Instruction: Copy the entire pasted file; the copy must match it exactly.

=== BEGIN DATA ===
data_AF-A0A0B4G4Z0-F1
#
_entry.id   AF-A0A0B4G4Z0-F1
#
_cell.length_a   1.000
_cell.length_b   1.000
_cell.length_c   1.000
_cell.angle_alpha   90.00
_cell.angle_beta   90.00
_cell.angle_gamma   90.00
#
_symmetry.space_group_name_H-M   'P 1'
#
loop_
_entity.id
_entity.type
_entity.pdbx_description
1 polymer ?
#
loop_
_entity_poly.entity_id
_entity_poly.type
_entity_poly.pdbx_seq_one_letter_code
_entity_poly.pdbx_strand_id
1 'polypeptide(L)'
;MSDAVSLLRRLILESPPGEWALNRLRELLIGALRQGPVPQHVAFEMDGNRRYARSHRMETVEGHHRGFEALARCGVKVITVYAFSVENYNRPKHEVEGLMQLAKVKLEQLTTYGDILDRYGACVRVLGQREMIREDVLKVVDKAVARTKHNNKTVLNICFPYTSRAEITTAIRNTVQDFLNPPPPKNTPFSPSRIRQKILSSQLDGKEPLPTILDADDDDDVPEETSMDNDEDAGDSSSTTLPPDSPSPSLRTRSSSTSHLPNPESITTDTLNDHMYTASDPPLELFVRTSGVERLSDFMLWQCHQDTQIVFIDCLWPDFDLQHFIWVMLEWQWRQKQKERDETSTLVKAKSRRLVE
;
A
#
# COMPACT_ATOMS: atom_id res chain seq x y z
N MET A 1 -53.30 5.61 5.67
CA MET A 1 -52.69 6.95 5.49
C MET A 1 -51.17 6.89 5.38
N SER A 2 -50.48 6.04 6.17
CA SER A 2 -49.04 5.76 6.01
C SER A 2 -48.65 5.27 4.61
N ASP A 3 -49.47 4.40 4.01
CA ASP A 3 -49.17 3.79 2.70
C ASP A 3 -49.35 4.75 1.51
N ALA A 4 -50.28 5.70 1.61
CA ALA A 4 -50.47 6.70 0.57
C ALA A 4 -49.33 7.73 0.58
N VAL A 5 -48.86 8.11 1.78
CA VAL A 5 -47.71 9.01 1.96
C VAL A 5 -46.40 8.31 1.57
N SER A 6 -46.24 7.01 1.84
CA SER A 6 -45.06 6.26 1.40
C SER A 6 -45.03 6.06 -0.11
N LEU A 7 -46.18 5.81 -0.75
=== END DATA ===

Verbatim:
data_AF-A0A0B4G4Z0-F1
#
_entry.id   AF-A0A0B4G4Z0-F1
#
_cell.length_a   1.000
_cell.length_b   1.000
_cell.length_c   1.000
_cell.angle_alpha   90.00
_cell.angle_beta   90.00
_cell.angle_gamma   90.00
#
_symmetry.space_group_name_H-M   'P 1'
#
loop_
_entity.id
_entity.type
_entity.pdbx_description
1 polymer ?
#
loop_
_entity_poly.entity_id
_entity_poly.type
_entity_poly.pdbx_seq_one_letter_code
_entity_poly.pdbx_strand_id
1 'polypeptide(L)'
;MSDAVSLLRRLILESPPGEWALNRLRELLIGALRQGPVPQHVAFEMDGNRRYARSHRMETVEGHHRGFEALARCGVKVITVYAFSVENYNRPKHEVEGLMQLAKVKLEQLTTYGDILDRYGACVRVLGQREMIREDVLKVVDKAVARTKHNNKTVLNICFPYTSRAEITTAIRNTVQDFLNPPPPKNTPFSPSRIRQKILSSQLDGKEPLPTILDADDDDDVPEETSMDNDEDAGDSSSTTLPPDSPSPSLRTRSSSTSHLPNPESITTDTLNDHMYTASDPPLELFVRTSGVERLSDFMLWQCHQDTQIVFIDCLWPDFDLQHFIWVMLEWQWRQKQKERDETSTLVKAKSRRLVE
;
A
#
# COMPACT_ATOMS: atom_id res chain seq x y z
N MET A 1 -53.30 5.61 5.67
CA MET A 1 -52.69 6.95 5.49
C MET A 1 -51.17 6.89 5.38
N SER A 2 -50.48 6.04 6.17
CA SER A 2 -49.04 5.76 6.01
C SER A 2 -48.65 5.27 4.61
N ASP A 3 -49.47 4.40 4.01
CA ASP A 3 -49.17 3.79 2.70
C ASP A 3 -49.35 4.75 1.51
N ALA A 4 -50.28 5.70 1.61
CA ALA A 4 -50.47 6.70 0.57
C ALA A 4 -49.33 7.73 0.58
N VAL A 5 -48.86 8.11 1.78
CA VAL A 5 -47.71 9.01 1.96
C VAL A 5 -46.40 8.31 1.57
N SER A 6 -46.24 7.01 1.84
CA SER A 6 -45.06 6.26 1.40
C SER A 6 -45.03 6.06 -0.11
N LEU A 7 -46.18 5.81 -0.75